KAPALUA, Hawaii -- Jets president Jay Cross says the team's bid for a 75,000-seat West Manhattan multi-purpose stadium has just entered "the red zone."
On Wednesday, NFL owners voted 31-1 to grant the Big Apple a Super Bowl in 2010 contingent on the new stadium being built. Plans continue to advance for landing the 2012 Olympics. But the red zone, that valuable piece of turf inside an opponent's 20-yard line, is the toughest place to score a touchdown.
"So much time and money have been spent to get this far, and there is only one way to go, which is straight ahead," Cross said after receiving the Super Bowl bid for the City.
Alternate sites don't work at this stage. It's too late. If the Jets can't clear two major hurdles by July, the chances of getting this $1.9 billion stadium (excluding land costs) built, and playing host to the Super Bowl and the Olympics could fall into the Hudson River.
The first hurdle comes Monday. The Metropolitan Transportation Authority, which owns the rail yard in West Manhattan, will choose among three bids for the land. The Jets offered $720 million. TransGas Energy Systems offered $1 billion. Cablevision, which owns Madison Square Garden and is doing everything possible to block the building of the new football stadium, is offering $600 million.
The winner will be announced next Thursday. Like the NCAA basketball tournament, a loss in this round would end the Jets' chances of getting this stadium.
"We've been at it for four years," Cross said. "It's like a long hurdle race. You have to clear the next hurdle in front of you before you worry about the one after that."
Four years ago, the thoughts of a stadium in Manhattan and a Super Bowl were considered impossible. Cross, a stadium developer, loves tackling the impossible. He built a basketball arena in Miami that wasn't supposed to happen. He helped in the building of the SkyDome in Toronto.
Now, he has momentum. Politicians in the state are lining up daily in support of the project. On Wednesday, Al Sharpton jumped on the bandwagon. Cross has the governor, the mayor and many others pulling for the new stadium. On Wednesday, NFL owners showed their support by voting to approve the Super Bowl bid.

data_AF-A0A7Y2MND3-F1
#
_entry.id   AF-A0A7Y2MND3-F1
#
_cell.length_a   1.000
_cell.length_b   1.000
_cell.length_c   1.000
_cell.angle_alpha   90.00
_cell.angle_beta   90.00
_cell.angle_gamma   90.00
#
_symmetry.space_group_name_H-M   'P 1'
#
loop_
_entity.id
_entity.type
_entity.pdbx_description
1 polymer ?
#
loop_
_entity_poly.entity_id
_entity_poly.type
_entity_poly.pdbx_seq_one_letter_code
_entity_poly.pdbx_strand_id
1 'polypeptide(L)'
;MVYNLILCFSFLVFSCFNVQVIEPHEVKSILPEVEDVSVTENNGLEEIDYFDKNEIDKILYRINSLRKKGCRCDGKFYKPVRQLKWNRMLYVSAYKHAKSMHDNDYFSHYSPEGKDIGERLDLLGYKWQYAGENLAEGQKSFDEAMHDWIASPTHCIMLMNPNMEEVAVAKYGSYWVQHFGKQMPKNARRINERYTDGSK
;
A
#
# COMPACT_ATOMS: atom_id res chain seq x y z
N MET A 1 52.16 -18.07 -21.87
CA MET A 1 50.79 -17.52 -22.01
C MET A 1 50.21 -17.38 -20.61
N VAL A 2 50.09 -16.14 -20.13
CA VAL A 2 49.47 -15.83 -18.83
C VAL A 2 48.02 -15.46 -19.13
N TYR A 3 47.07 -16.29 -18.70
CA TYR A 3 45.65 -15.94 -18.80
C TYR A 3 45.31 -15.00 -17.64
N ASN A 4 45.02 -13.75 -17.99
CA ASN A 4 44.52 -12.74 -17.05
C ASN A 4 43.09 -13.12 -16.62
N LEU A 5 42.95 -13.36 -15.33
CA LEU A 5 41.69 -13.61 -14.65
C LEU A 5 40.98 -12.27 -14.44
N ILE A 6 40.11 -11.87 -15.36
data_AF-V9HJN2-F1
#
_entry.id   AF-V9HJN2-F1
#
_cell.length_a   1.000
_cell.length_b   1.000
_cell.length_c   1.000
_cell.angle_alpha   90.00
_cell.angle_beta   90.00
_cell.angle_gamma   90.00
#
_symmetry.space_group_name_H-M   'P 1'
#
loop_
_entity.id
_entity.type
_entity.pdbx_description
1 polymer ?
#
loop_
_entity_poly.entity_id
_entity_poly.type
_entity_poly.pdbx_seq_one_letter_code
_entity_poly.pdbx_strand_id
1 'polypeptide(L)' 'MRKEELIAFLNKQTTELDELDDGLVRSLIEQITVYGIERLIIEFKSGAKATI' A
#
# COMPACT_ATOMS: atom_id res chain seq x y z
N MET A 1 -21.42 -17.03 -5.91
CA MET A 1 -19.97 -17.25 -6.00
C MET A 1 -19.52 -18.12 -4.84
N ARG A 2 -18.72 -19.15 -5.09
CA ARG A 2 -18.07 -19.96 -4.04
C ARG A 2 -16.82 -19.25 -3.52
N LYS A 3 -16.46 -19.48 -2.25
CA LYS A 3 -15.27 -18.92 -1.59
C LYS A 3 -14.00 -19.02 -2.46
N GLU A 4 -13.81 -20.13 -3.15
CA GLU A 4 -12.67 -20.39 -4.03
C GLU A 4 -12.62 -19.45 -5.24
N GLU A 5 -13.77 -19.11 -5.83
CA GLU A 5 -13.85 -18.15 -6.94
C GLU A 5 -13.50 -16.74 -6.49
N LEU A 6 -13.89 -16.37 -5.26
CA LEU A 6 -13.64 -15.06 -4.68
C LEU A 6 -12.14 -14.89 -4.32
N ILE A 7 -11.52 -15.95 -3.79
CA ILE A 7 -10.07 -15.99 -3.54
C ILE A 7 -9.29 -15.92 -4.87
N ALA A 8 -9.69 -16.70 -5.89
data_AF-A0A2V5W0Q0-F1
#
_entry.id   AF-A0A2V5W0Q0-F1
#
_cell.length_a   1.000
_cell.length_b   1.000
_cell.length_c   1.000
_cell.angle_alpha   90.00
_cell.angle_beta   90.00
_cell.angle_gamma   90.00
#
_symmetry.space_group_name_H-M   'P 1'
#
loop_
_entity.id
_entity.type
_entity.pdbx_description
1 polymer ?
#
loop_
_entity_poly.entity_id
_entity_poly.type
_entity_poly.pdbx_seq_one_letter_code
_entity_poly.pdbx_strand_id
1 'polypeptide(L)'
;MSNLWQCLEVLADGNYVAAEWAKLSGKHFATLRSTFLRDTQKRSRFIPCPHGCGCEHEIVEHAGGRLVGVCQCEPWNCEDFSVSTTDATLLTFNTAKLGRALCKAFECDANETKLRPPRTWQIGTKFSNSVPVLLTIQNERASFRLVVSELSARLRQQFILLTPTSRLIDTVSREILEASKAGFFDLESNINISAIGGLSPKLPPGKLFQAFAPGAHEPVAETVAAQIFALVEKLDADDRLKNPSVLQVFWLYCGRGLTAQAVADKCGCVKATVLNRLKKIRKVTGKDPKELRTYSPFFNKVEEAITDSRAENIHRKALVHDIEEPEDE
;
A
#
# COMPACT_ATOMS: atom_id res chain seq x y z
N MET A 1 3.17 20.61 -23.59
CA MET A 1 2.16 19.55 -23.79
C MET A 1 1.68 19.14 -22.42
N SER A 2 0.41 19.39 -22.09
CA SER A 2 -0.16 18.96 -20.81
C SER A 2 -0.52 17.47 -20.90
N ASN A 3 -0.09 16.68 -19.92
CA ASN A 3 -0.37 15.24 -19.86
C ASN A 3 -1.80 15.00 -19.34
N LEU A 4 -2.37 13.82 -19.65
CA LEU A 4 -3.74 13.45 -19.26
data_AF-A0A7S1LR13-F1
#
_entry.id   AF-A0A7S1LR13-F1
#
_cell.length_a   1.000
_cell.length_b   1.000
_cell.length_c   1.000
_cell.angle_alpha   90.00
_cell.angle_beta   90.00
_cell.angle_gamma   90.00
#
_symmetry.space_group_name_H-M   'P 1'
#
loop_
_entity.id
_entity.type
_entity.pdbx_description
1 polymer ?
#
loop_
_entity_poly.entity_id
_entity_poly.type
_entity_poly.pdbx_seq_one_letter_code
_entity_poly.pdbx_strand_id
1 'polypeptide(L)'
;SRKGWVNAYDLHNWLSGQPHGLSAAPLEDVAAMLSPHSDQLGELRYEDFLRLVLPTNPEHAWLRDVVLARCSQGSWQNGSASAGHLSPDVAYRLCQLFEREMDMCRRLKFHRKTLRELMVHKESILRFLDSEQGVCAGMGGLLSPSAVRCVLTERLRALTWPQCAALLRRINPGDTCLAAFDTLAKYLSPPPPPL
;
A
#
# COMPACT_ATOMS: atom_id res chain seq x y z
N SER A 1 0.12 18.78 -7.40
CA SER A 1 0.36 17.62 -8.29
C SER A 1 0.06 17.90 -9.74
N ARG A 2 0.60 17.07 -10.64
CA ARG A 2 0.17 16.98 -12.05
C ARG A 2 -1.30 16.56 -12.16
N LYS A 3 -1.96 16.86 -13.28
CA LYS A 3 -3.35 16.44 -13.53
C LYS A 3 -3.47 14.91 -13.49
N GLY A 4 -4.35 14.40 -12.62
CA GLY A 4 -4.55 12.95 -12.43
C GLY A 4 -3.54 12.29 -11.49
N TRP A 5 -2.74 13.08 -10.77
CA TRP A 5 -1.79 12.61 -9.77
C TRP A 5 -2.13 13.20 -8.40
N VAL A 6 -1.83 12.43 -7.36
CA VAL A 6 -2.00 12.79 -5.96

Jets owner Woody Johnson called the Super Bowl award "a landmark day."
"It's important to build a consensus," Cross said. "You need a broad coalition of public support. To have a big membership like the NFL want to bring [its] signature event to New York gives you all of the momentum."
Momentum is one thing. Timing, the second hurdle, is everything. The clock is now ticking. Construction has to begin by July or there is no chance the Jets will be able to open the 2009 season in the new stadium. If that occurs, there is no way a Super Bowl would happen at the facility in 2010.
The stadium, for which the Jets are getting $300 million contributions each from the city and state, features 240 to 250 suites, 8,000 club seats and a retractable roof. Cross said it will take two years to build the deck and three years to build the stadium. However, construction would only take four years since the last part of the deck is the first part of the stadium.
While the 2009 season and subsequent Super Bowl are the driving forces for breaking ground, approval for the Sports and Convention Center and announcement of an Olympic bid also take place in July. However, the stadium is a go with or without the Olympics.
"It will be a great economic catalyst and I think it's great for the NFL and our partnership," Patriots owner Bob Kraft said of the Jets stadium. "I think the Super Bowl in New York will be terrific. I'm happy we had the vote we had to support it and help try to get this new stadium. I think this stadium will be so exciting. I personally think it's one of the real special things we can do in the next few years."
Kraft is particularly excited over what it will do for the West Side of Manhattan, a run down area between 30th and 33rd streets and 10th and 11th avenues.
"You take New York, and you look at that area," Kraft said. "You look at the economic catalyst it can be. What it does in any of these areas from upgrading Jacksonville [Fla.] to the same thing in Detroit and Houston. The Super Bowl creates tremendous exposure. It creates a lot of economic opportunities."
Said Cross: "We turn an urban blight, which is open rail yards and is basically a pit in the middle of the West Side into something."
But everything could unravel if the Jets lose the MTA land sale next week or if construction does not start by July. One of the toughest tasks is competing against Cablevision.
"They will probably throw in as many [roadblocks] as they can," Cross said. "They view us as competition for the Garden, which we view as a little bit of an overkill. All the [top] cities have NBA, NHL and major league baseball. All are competing for the sports entertainment dollar, and it's a very healthy part of our sports economy. To somehow suggest that the island of Manhattan can only support Madison Square Garden and anything else would somehow be the death knell of sports is preposterous."
Still, it's been an amazing process watching the impossible come together to get to this point.
"Four years ago, a lot of people in New York thought it was very difficult to get anything off the ground," Cross said. "There were many who said it was an extraordinary long shot. When I got involved four years ago, I thought it was very possible."
And now, it is, with the success of getting a Super Bowl game. Yet, the battle goes on. For the Jets and New York City, it's Super Bowl or bust.
John Clayton is a senior writer for ESPN.com.